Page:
“I don’t keep a garbage can under my sink. Do you know why? Because you can see the whole ‘kitchen’ from the road on the way in here and the can would spoil the appearance of the whole house. The architect talks about his ‘free space’, but his space is very fixed. I can’t even put a clothes hanger in my house without considering how it affects everything from the outside. Any arrangement of furniture becomes a major problem, because the house is transparent, like an X-ray.” Dr. Edith Farnsworth felt exposed rather than at peace in her house of glass.

Mies van der Rohe is a legendary German-American architect, known in architectural circles simply as Mies. Along with Le Corbusier, Walter Gropius and Frank Lloyd Wright, he is widely regarded as one of the pioneers of modernist architecture. It was Mies who conceived and birthed the notorious glass Farnsworth House.

Related: A Legacy of Damaged Dreams

An innovative architect in 1920s and 1930s Germany, Mies was the last director of the Bauhaus, a seminal school in modern architecture. After Nazism’s rise to power, and with its strong opposition to modernism, leading to the closing of the Bauhaus itself, Mies fled to the United States. He accepted the position to head the architectural school at the Illinois Institute of Technology, in Chicago.

Edith’s house was designed by Mies in 1945 but not constructed until 1951, due to difficulties in obtaining materials after the War. The Farnsworth House is a vital part of American iconography, an exemplary representation of both the International Style of architecture as well as the modern movement’s desire to juxtapose the sleek, streamline design of Modern structure with the organic environment of the surrounding nature. Mies constructed this glass box residence of “almost nothing” for Dr. Farnsworth as a country weekend retreat along the Fox River in Plano, IL, 58 miles southwest of Chicago.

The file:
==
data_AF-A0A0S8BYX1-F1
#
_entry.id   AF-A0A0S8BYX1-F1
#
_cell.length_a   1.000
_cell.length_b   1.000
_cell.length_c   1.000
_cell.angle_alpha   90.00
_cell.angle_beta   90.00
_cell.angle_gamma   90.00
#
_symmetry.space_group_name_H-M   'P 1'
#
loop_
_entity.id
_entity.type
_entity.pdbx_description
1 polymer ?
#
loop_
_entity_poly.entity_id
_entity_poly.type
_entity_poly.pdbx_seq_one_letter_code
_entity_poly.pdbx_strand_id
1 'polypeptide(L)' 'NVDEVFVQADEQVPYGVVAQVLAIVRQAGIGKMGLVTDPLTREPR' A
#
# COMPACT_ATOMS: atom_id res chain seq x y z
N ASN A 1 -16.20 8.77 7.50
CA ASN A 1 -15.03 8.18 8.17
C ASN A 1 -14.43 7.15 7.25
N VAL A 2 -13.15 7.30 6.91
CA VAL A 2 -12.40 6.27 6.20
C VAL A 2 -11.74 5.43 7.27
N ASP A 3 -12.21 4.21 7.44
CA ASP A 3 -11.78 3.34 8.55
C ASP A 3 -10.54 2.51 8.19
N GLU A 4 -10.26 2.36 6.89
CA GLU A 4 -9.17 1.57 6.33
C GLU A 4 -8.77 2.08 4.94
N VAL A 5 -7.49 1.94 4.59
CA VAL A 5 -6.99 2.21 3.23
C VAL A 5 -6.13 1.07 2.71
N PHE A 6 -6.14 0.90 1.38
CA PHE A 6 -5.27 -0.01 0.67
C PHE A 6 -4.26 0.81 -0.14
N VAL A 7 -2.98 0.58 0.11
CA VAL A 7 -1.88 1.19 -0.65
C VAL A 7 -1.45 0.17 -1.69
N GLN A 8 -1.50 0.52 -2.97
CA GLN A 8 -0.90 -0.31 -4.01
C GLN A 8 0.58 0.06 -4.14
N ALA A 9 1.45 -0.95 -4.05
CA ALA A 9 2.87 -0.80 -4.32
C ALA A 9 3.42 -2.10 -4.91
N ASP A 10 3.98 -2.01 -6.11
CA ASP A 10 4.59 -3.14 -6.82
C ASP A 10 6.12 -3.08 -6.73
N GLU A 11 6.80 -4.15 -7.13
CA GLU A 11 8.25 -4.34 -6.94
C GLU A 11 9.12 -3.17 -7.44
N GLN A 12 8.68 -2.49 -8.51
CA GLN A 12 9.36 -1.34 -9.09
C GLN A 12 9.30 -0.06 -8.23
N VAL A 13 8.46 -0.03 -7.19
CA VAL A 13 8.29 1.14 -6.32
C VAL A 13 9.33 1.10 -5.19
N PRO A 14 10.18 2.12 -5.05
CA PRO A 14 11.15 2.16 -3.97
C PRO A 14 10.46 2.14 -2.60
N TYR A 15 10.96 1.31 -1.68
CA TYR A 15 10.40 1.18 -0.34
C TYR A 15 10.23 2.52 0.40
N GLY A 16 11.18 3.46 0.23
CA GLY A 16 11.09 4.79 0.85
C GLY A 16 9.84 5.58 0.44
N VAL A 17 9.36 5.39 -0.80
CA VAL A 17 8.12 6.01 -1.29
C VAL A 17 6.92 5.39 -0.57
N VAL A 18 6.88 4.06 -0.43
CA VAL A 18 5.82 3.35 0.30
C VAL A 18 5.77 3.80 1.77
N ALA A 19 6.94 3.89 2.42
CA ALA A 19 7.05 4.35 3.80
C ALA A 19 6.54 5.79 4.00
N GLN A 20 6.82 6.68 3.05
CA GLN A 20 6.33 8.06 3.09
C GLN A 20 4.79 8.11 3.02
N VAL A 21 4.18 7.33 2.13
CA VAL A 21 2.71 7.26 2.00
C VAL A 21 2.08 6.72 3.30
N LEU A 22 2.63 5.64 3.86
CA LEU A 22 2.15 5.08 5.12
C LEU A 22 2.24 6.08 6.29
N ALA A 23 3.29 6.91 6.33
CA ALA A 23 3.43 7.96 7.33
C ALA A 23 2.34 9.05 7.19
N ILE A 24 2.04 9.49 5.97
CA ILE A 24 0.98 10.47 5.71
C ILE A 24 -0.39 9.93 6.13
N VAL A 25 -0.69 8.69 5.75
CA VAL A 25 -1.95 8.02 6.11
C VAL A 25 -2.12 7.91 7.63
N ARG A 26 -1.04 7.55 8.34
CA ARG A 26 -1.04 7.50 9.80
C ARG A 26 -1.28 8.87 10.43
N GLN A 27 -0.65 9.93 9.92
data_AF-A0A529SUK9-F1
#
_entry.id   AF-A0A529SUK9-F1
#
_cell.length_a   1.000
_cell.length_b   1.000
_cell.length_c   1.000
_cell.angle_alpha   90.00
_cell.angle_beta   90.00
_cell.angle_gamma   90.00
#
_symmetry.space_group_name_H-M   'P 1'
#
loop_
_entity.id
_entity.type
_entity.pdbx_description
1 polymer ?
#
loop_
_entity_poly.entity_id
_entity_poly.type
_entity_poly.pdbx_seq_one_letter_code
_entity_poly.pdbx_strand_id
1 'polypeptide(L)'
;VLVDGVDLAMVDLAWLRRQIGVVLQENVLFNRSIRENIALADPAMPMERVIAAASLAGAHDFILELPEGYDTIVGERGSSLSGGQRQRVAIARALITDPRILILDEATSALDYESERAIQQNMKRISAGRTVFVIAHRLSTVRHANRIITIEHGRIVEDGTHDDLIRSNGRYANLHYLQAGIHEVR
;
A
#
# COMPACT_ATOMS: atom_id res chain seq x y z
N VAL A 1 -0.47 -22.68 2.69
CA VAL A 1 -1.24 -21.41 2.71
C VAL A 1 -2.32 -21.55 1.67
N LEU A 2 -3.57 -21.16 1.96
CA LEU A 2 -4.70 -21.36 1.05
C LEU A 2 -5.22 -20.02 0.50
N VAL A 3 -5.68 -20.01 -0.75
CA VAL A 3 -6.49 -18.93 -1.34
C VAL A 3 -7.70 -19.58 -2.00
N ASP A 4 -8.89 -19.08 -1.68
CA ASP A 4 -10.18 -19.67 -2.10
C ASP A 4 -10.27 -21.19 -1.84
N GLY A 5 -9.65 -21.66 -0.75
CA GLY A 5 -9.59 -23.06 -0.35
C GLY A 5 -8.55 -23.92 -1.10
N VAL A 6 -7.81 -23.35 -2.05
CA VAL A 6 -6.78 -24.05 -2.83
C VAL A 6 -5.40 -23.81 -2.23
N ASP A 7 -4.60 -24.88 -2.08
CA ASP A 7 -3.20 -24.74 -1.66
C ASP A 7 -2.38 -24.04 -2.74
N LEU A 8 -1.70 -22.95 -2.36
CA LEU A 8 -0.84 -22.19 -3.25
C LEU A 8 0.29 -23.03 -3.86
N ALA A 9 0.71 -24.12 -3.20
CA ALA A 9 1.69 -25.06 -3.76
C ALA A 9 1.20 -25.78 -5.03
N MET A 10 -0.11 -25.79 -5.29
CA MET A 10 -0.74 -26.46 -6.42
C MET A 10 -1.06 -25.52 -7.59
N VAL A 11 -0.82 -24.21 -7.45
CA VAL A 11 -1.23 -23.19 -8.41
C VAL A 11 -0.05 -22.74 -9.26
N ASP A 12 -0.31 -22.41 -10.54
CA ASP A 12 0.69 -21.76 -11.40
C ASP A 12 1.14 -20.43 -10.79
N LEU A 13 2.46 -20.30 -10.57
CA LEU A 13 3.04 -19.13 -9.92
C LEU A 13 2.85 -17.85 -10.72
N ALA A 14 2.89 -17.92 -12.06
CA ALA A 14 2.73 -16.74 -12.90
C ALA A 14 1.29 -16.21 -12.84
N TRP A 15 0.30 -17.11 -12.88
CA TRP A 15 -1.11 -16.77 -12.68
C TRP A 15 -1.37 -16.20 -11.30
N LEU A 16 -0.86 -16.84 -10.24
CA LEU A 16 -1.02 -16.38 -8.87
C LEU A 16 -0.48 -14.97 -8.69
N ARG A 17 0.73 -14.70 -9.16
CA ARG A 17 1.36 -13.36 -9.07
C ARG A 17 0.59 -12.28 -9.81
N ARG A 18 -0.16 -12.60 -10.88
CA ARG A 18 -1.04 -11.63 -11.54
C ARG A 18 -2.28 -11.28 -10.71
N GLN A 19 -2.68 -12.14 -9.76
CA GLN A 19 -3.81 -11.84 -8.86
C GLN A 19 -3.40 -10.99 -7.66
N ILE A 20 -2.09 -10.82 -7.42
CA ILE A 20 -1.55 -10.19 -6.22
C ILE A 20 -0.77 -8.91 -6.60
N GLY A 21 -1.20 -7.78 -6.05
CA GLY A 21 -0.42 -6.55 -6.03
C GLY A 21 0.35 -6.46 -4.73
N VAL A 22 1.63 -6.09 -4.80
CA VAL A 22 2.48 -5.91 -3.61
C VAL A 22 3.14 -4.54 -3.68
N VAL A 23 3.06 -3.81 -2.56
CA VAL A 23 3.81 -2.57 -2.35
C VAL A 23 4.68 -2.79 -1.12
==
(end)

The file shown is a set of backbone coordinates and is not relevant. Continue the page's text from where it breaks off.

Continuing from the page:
The Farnsworth House was the epitome of his modernist ideals. With a steel structure surrounded entirely by glass walls, the building perfectly connected the inhabitant with an idyllic natural setting, and it was – and is – venerated as a masterwork.

The significance of the Farnsworth House was recognized even before it was built. In 1947 a model of the Farnsworth House was exhibited at the Museum of Modern Art (MOMA) in New York. Describing it, along with the un-built Resor House, as a “radical departure from his last European domestic projects,” Philip Johnson noted that it went further than the Resor house in its expression of the floating volume. “The Farnsworth house, with its continuous glass walls, is an even simpler interpretation of an idea. Here the purity of the cage is undisturbed,” Johnson said. “Neither the steel columns from which it is suspended nor the independent floating terrace break the taut skin.”